The Mumbai flood in 2005 was another huge calamity, and their strategy was to provide care and treatment at the doorstep so that the number of cases developing full-blown leptospirosis, burden on the hospital services and morbidity and mortality could be reduced. Human resources and materials were deployed at the three tiers of the public health system with greater emphasis and providing primary care. The teams conducted health camps close to homes in the areas of maximum water-logging and in those that were recording maximum cases in previous seasons. The services at the secondary level hospitals ensured that standard treatment protocol was followed. At the tertiary level, a separate round the clock “fever casualty” was opened. The services of trainee doctors and undergraduate students were also utilised. The healthcare provided through the organisation of health camps and upgrading management at hospitals helped combat the diseases leading to reduced incidents of illnesses, such as fever, which might have been related to leptospirosis.
Uttarakhand also feared the start of an epidemic during the flash flood in 2013. At least 128 people reported of carrying water-borne diseases, such as high fever and gastrointestinal infections, in Guptkashi village, according to National Disaster Response Force (NDRF). A high-level team comprising of doctors and specialists were sent to the affected area to review public health measures. The district units of the Integrated Disease Surveillance Programme (IDSP) conducted health surveillance in all affected areas. Eight additional teams were also kept on standby, ready to move to the concerned district at short notice. Further, a specialised team was deployed to extricate dead bodies and cremate them, whose decay seemed to be the cause for contamination of water.
The outbreak of epidemics and the spread of communicable diseases after flooding is always anticipated and feared. Therefore, prevention of diseases is key to maintaining public health. Health and cleanliness drives should be conducted in the flood-affected areas regularly. Communicable Disease Management programs, which should have surveillance and immunisation components, are integral parts of disaster response. Emphasis should be laid on strategising the prevention of communicable diseases, especially during the pre-disaster phase. Formulating policies with a focus on the identification of essential risk factors must be undertaken. Emergency response plans should be put into action with well trained and informed public health workers to identify the dangerous disease and to manage and provide treatment on the spot effectively. Assurance of safe and clean drinking water and disinfecting flood-affected areas should be the top priority. Thus regular awareness programs should be conducted to equip the people to cope with disasters such as flood, to attain minimum damage.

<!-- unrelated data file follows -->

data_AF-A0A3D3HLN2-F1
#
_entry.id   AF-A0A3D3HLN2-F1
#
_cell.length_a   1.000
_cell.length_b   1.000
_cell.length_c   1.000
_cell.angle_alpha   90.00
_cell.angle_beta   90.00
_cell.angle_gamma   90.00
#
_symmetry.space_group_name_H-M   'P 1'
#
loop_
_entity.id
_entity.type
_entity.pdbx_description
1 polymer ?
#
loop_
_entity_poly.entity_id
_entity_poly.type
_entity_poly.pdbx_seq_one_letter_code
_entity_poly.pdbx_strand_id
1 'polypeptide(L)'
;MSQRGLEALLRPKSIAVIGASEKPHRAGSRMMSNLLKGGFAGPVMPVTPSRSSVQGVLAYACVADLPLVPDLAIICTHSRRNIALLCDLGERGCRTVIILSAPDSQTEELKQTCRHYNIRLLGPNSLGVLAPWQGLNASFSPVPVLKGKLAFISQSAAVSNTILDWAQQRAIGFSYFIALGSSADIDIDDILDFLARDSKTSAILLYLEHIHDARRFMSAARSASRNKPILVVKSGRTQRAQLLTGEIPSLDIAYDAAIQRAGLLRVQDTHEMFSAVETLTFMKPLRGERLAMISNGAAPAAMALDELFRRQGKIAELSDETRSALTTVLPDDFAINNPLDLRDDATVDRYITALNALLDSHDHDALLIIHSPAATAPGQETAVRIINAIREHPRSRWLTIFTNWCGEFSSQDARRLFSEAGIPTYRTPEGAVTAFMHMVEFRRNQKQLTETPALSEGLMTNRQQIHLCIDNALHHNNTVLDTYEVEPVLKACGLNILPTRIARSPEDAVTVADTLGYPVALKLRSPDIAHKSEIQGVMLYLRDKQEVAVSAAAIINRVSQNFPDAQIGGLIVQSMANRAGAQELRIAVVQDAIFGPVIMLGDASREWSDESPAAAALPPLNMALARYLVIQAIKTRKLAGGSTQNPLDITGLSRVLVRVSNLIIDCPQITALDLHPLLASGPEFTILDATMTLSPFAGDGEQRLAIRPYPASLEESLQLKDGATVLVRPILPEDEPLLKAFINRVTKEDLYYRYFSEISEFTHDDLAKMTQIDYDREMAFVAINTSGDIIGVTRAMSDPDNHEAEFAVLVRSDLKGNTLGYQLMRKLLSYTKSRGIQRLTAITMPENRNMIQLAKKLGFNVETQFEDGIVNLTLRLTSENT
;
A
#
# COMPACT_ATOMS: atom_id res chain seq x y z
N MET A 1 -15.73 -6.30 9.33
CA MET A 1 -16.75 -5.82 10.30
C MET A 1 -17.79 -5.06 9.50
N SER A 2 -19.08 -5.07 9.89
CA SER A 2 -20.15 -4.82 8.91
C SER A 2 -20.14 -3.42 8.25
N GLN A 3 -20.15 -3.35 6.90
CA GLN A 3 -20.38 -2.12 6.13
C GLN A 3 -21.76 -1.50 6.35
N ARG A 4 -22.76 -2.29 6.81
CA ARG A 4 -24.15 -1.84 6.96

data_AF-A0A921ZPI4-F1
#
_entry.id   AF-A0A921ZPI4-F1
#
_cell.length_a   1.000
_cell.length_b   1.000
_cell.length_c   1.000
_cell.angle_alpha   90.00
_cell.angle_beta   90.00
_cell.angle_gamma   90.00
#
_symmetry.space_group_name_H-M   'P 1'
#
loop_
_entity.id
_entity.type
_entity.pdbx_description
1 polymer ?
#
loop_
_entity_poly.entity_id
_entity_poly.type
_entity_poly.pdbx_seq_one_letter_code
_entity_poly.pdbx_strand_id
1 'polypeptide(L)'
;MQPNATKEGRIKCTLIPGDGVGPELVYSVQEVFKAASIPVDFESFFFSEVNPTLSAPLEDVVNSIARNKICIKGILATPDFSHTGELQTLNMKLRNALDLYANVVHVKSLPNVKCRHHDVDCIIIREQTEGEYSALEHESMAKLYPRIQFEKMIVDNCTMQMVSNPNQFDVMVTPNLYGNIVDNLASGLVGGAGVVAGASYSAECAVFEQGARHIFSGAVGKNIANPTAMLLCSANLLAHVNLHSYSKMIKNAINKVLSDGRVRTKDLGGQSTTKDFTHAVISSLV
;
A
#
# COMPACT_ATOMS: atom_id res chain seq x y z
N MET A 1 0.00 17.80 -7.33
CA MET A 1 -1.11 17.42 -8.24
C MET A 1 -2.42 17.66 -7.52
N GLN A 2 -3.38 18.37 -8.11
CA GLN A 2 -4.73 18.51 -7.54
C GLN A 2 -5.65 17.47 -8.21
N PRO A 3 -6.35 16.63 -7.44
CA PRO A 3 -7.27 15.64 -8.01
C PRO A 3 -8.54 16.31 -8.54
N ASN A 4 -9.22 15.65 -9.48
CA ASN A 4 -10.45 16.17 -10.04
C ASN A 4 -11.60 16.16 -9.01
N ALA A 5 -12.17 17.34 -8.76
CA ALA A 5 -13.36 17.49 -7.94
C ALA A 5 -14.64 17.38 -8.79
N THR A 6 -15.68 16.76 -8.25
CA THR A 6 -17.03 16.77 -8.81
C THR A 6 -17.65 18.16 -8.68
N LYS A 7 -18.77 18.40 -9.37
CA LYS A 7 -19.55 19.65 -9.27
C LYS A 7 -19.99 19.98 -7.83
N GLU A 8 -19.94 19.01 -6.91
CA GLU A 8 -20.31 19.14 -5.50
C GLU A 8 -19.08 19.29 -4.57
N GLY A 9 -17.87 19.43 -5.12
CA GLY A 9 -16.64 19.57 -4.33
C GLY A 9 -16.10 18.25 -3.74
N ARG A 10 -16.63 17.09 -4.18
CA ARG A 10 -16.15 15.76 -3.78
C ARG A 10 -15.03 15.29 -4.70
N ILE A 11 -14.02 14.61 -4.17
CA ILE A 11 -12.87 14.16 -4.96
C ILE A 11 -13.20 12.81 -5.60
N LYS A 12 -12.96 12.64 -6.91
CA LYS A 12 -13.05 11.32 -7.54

Sharma, N. (2018, August 18). Kerala plans to hold health drive to check communicable diseases: K.K Shailaja. Retrieved from https://www.livemint.com/Politics/wpF6H08r8IBGineh3ZpPzM/Kerala-plans-to-hold-health-drive-to-check-communicable-dise.html
Narasimhan, B, et al. (May 2016). Chennai Floods 2015. A Rapid Assessment. Indian Institute of Science, Bangalore.
Kshirsagar NA, Shinde RR, Mehta S. Floods in Mumbai: Impact of public health service by hospital staff and medical staff. J Postgrad Med 2006; 52:312.4
Babaie J, Ardalan A, Vatandoost H, et al. Performance assessment of communicable diseases surveillance in disasters: a systematic review. PLoS Currents. 2015;7
Tiwari D, Mohan V. (2013, June 26). Uttarakhand floods: Epidemic looms as people complain of fever and diarrhoea. Retrieved from https://timesofindia.indiatimes.com/india/Uttarakhand-floods-Epidemic-looms-as-people-complain-of-fever-diarrhoea/articleshow/20770540.cms